The 5 Best Books on How to Study the Bible

The 5 Best Books on How to Study the Bible

Study to shew thyself approved unto God, a workman that needeth not to be ashamed, rightly dividing the word of truth. 2 Timothy 2.15

There is no substitute for proper, detailed, and methodical bible study. The Bible is not the kind of book that you read on a breezy summer afternoon to flitter away the time. Consider God’s assessment of his own words found in Isaiah 66.2, “but to this man will I look, even to him that is poor and of a contrite spirit, and trembleth at my word.” There is not one other volume on the planet we should give such attention. There is no other book that is more worthy of rigorous and reverential study.

It may be that the sum total of your “bible study” consists of asking these 5 questions: 1. Is there an example to follow? 2. Is there is a sin to avoid? 3. Is there a command to obey? 4. Is there a promise to claim? 5. What does this passage teach me about Christ? If so, that’s great, there’s a time and place for those questions. Especially number five. However, in order to “rightly” divide the word of truth the first question cannot be, “How can I apply this passage to my day?” Rather the first question must be, “What does this passage mean?” 

This is the task  of “exegesis” and these 5 tools will help you accomplish that very task. I should clarify that this is not a traditional “top 5” list in that it does not start with the best book and carry on to a mediocre one. This list ranks the books from beginner to advanced, i.e., the first book is best for those just beginning their journey in bible study and the last one for those a long way down the path.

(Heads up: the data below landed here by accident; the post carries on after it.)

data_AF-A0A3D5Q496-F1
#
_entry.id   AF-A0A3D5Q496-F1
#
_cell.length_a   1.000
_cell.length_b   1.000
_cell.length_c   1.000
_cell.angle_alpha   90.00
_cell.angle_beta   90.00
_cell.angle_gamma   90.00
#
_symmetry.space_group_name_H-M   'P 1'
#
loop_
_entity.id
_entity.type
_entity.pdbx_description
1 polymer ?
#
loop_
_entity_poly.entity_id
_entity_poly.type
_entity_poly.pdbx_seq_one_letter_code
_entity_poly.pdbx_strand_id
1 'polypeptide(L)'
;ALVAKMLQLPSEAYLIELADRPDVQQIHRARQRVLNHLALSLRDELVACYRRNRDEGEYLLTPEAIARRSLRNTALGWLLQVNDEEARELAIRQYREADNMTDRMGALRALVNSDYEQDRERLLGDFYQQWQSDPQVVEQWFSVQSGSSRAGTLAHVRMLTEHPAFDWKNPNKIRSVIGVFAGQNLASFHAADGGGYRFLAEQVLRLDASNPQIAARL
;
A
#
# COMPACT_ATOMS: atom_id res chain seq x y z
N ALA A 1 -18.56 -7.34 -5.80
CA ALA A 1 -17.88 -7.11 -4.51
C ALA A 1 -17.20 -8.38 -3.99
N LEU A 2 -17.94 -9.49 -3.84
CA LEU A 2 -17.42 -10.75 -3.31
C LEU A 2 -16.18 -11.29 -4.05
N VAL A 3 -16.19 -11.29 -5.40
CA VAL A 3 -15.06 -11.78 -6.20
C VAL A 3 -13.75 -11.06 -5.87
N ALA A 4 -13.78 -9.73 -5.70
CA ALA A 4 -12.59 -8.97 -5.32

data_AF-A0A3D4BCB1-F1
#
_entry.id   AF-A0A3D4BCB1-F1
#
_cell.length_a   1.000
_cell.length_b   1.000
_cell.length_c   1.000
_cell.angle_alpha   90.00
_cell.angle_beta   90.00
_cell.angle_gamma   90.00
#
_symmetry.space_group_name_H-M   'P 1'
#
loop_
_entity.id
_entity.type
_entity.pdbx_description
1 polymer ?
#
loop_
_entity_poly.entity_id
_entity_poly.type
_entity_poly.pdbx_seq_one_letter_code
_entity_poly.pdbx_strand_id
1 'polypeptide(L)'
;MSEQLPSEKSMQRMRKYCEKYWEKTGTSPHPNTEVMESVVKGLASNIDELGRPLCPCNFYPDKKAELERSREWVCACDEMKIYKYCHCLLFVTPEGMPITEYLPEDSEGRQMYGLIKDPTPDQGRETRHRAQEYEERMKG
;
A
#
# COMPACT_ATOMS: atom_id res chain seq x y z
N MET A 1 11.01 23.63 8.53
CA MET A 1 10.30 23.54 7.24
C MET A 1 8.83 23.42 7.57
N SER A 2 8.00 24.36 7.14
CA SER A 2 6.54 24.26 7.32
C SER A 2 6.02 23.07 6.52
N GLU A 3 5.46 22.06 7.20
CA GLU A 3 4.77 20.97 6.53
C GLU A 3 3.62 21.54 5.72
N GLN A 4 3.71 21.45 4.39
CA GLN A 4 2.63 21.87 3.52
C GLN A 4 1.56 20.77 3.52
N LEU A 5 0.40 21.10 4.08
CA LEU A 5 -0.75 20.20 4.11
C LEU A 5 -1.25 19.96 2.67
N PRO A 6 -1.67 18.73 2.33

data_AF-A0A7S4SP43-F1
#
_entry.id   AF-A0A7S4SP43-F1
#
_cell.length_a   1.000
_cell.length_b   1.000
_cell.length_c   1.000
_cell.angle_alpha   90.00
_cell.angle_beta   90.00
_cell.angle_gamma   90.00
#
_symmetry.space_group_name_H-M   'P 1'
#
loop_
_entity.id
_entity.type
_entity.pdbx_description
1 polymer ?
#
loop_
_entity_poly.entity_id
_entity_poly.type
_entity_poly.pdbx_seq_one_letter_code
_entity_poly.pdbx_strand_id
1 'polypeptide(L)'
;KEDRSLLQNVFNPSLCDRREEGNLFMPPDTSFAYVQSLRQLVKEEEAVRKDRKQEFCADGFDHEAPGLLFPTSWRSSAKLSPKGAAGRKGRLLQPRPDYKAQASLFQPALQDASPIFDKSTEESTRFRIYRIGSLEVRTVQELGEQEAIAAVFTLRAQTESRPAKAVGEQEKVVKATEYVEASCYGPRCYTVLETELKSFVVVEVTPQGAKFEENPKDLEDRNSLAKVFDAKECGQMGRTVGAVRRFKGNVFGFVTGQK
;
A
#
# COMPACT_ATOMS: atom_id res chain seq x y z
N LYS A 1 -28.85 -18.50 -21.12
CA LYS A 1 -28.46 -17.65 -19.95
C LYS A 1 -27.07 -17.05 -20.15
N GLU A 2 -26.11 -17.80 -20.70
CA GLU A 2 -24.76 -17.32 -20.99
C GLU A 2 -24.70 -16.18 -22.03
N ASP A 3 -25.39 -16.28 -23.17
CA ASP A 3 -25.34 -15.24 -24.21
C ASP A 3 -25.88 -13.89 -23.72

1. Beginner - How to Study the Bible (John MacArthur)

At 140 pages this a quick read and a breezy introduction to the science and art of bible study. MacArthur bases his approach on four “foundations” that are easy enough to follow and are meant to be applied in consecutive order, “read, interpret, meditate, and teach.” This is by far the most practical of the five but also the most superficial. A great gift for a new believer or a younger brother/sister in Christ.  

2.  Beginner-Intermediate - Living by the Book (Howard G. Hendricks; William D. Hendricks)

At 392 pages this volume stretches the limits of the beginner category and takes a peak into the world of intermediate bible study. The tripartite approach found here is the most helpful and easily memorized shorthand for bible study: 1. Observation 2. Interpretation 3. Application. The beginner-intermediate student will especially appreciate the Ten Strategies to First-Rate Reading and Five Keys to Interpretation. The overall process is much the same as you would find in any exegetical handbook with the difference that a lot of time was clearly spent on making this guide as user-friendly as possible. I highly recommend this tool and would rate it as the best of the crop if it were not for the Andy Naselli’s new book ranking at number three in this list.